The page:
Upper Texas has taken delivery of tropical storm Edouard, which was a notch or two below hurricane strength; 55 knots (65 mph) were the strongest sustained winds on landfall at the McFaddin Nature Reserve. The storm is moving into central Texas where it will dump a lot of much-needed rain. Edouard disrupted oil production and deliveries.

Germany's WPC's are being issued with bullet-proof bras. Ordinary bras, when struck by a bullet, would have their wiring pushed into the underlying tissues, causes serious injury. Read more here.



Monday, 4 August 2008

Proofreading

As I mentioned late last week, I'm participating in a proof-reading site. This evening, I proofed a handful of pages from the Bible - in the Dakota language. Now I obviously don't speak or understand that, but you only need to compare the scan of the original print with the output from the Optical Character Recognition software. Interesting.

Pity the site couldn't manage better feedback than: "You haven't done anything".

Alerts back

I'm getting Comments alerts again; apparently, a piece of kit @ AOL had stopped working. They've restarted it.

Advice: use a feedreader for your public journals.

Tornado

A tornado has wreaked death and destruction in the French town of Hautmont, close to the Belgian border. On Sunday evening, the twister rampaged down the town's high street, demolishing hundreds of houses and killing three people; one of these committed suicide after his house was destroyed by the storm.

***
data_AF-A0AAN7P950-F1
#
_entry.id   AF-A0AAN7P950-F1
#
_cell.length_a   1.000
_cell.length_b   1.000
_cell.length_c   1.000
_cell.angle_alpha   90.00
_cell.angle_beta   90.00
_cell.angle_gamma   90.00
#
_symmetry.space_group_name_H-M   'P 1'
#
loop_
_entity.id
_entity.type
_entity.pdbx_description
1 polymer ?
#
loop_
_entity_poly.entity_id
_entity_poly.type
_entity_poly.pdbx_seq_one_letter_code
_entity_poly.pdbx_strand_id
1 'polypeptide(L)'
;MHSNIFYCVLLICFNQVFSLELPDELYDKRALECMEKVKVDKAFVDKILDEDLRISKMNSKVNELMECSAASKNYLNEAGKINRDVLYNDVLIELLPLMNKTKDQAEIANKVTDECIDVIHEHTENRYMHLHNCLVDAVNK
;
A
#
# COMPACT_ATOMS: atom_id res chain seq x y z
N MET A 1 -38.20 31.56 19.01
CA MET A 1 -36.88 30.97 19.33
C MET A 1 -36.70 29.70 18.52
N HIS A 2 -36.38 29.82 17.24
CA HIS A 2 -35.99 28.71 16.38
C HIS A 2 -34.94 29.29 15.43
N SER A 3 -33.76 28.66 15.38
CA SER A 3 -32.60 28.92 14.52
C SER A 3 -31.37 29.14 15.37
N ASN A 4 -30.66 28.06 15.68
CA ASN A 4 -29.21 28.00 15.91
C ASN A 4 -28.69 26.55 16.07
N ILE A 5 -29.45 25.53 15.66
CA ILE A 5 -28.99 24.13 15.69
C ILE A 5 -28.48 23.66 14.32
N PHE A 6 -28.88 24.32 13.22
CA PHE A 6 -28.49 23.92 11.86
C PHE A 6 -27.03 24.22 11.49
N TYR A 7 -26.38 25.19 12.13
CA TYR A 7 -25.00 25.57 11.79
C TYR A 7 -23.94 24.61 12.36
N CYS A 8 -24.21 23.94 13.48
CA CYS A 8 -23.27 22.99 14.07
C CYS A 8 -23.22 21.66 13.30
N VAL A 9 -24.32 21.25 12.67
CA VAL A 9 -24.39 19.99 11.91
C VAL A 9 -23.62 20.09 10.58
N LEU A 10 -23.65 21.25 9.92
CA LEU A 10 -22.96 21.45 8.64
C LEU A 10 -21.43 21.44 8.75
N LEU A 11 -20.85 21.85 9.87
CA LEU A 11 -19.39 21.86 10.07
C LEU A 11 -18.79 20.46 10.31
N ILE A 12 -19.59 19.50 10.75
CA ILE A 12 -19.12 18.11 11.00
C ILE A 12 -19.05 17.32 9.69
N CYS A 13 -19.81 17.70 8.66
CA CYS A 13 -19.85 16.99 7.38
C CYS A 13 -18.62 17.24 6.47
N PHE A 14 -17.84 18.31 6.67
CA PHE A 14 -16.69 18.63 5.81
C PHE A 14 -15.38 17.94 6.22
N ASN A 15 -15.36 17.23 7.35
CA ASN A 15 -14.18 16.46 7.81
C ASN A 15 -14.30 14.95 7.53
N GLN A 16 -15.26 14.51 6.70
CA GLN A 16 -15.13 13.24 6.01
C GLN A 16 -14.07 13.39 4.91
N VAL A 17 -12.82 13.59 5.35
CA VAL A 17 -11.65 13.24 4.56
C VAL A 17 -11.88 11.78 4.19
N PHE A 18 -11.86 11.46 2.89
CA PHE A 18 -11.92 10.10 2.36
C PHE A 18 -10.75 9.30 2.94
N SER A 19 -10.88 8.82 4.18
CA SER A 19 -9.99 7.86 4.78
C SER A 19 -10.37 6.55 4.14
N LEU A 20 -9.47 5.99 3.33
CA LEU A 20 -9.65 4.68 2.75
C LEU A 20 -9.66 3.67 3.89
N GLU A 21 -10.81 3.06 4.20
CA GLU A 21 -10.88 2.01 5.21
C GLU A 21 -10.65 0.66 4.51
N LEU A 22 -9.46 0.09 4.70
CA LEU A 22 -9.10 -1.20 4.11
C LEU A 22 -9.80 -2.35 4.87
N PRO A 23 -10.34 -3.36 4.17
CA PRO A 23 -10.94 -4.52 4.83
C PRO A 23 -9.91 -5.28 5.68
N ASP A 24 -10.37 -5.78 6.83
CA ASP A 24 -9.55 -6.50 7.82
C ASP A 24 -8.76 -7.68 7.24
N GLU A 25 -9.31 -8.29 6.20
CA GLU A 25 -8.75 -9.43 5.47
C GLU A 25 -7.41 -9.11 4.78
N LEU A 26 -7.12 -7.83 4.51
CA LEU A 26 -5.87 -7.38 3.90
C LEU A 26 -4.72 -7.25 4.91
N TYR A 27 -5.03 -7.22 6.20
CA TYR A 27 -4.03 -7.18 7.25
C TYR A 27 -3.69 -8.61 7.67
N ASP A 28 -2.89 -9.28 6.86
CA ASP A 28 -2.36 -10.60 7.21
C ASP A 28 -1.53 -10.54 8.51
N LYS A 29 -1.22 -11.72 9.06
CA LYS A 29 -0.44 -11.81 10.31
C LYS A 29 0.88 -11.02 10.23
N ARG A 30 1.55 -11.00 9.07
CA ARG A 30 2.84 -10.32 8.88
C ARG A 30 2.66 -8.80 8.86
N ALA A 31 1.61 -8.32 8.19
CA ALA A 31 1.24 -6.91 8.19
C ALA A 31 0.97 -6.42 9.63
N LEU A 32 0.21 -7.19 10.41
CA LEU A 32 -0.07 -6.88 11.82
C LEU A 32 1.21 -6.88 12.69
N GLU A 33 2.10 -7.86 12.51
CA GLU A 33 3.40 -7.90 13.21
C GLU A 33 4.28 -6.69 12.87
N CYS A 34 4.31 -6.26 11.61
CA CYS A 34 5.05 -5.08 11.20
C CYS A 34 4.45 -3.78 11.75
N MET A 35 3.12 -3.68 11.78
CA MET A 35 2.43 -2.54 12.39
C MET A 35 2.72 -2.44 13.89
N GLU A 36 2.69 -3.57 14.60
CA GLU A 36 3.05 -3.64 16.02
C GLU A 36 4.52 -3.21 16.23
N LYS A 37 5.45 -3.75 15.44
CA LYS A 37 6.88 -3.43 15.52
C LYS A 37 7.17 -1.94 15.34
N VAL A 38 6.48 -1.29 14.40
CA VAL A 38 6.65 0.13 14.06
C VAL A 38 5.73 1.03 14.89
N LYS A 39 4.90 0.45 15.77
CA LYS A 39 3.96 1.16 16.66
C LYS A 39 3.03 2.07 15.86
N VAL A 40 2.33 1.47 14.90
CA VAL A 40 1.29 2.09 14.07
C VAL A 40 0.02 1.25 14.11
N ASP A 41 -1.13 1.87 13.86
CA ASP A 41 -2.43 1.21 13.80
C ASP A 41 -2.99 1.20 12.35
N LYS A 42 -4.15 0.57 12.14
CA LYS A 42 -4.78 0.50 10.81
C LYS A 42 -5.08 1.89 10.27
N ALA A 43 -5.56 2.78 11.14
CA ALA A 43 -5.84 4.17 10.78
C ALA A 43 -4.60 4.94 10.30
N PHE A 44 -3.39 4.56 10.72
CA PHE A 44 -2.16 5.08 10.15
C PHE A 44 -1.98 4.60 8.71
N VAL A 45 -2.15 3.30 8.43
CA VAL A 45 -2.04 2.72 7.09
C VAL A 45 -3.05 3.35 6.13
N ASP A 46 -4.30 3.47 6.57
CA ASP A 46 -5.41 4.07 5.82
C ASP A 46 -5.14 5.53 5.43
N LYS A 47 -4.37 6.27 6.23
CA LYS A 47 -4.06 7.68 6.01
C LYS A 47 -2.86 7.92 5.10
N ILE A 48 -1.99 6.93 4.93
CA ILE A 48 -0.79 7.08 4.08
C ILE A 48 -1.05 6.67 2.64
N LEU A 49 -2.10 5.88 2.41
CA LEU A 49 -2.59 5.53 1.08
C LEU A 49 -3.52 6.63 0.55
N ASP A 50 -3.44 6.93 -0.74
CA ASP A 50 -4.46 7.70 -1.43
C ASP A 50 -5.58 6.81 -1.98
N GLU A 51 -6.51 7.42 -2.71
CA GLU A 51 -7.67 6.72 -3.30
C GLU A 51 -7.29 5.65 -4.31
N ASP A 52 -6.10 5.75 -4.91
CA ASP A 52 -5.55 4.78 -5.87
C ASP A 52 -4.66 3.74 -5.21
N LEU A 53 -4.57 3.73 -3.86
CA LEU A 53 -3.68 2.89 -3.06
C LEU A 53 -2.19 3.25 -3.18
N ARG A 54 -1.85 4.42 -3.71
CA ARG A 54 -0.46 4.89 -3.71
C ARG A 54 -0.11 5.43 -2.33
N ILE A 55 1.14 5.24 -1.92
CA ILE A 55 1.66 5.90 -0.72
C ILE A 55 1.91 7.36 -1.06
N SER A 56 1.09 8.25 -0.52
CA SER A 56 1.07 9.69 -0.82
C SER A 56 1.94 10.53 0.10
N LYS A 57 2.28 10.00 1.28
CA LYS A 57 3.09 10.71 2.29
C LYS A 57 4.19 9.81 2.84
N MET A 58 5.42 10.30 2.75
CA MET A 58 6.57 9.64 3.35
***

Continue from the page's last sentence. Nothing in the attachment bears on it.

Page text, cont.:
Sniffer dogs were brought in to search for survivors who might be buried underneath the rubble. The nearby towns of Maubeuge, Neuf-Mesnil and Boussieres-sur-Sambre were also affected, although the damage there was not as extensive as in Hautmont.

The tornado struck at around 11pm last night. Further pictures here.

Monday 4 August

Fairly bright if cool day (barely 60F).

The Russian author Alexandr Solzhenitsyn has died in his home country, aged 89. He was famous for exposing Stalin's gulags (hard labour camps), and left for the West in the 1970s. Solzhenitsyn returned to Russia in 1994. Tributes have been pouring in from inside and outside Russia.

When you're out on the beach with your children, please keep an eye on them when they dig deep holes or tunnels under the sand. A 16-year old died when a sand tunnel collapsed on him on a beach in South Wales

Sunday, 3 August 2008

Tagged.com

Please do not react to invitations from Tagged.com. If you do, the site will send invitations on, using your address-book, and without much thought for considerations of privacy. I have posted about this several times, but this week I have received about half a dozen emails from Tagged.com, indicating that this pernicious pest is still snaring people.